The pairs silver medal was won by Marika Kilius & Hans-Jürgen Bäumler, who had also won silver at the 1960 Olympics. However, in 1966, it was alleged that they had signed a professional contract prior to the 1964 Olympics. Consequently, they were stripped of their 1964 Olympic silver medals. Nevertheless, the charges against them were dropped by the IOC in 1987, and they were therefore given their silver medals back

The gold in the men's competition was won by Manfred Schnelldorfer. He was a surprise winner, as the favourite going into the competition had been Alain Calmat. However, Calmat was notoriously inconsistent, and he fell 3 times during his free program (Calmat would, nevertheless, go on to win the 1965 World title, before retiring). Schnelldorfer was also a pop star at the time. This (http://www.youtube.com/watch?v=lFcJIOlzwUc) is one of his tunes from 1964.

The winner of the bronze in the men's competition was America's Scott Allen. This was an important medal for the United States, as it was their first Olympic medal following the 1961 air disaster. Allen was only 14 years old at the time, and he still holds the record as the youngest ever male skater to win an Olympic medal (unlikely to ever be beaten given that the current age restrictions are likely to remain in place)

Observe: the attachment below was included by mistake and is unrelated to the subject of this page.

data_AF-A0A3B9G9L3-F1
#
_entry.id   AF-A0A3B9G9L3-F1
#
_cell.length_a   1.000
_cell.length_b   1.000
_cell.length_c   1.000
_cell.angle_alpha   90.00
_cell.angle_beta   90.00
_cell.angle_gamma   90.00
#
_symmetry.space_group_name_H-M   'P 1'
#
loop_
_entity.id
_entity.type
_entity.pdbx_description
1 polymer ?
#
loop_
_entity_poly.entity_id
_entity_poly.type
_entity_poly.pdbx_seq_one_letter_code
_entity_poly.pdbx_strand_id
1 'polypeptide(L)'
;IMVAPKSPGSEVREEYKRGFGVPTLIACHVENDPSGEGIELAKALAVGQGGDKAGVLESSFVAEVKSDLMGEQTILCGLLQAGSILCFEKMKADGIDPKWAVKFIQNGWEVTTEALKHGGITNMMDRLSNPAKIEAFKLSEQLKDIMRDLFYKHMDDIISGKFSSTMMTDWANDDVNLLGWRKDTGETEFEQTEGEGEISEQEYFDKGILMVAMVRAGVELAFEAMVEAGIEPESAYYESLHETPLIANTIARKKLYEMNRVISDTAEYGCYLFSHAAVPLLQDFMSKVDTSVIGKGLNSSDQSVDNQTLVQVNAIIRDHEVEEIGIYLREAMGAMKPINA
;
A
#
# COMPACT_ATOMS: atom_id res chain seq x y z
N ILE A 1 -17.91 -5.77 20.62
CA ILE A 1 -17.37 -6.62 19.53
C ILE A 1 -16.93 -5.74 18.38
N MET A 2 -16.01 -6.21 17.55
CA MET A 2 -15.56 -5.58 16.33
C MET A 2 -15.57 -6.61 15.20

It will be noted that the German competitors are listed as having represented 'Germany' in these Olympics, as opposed to 'West' or 'East' Germany. This is because they competed as part of a unified team at these Olympics


Here are some videos of the medal winning performances:-

MENS

Gold: Manfred Schnelldorfer (Germany)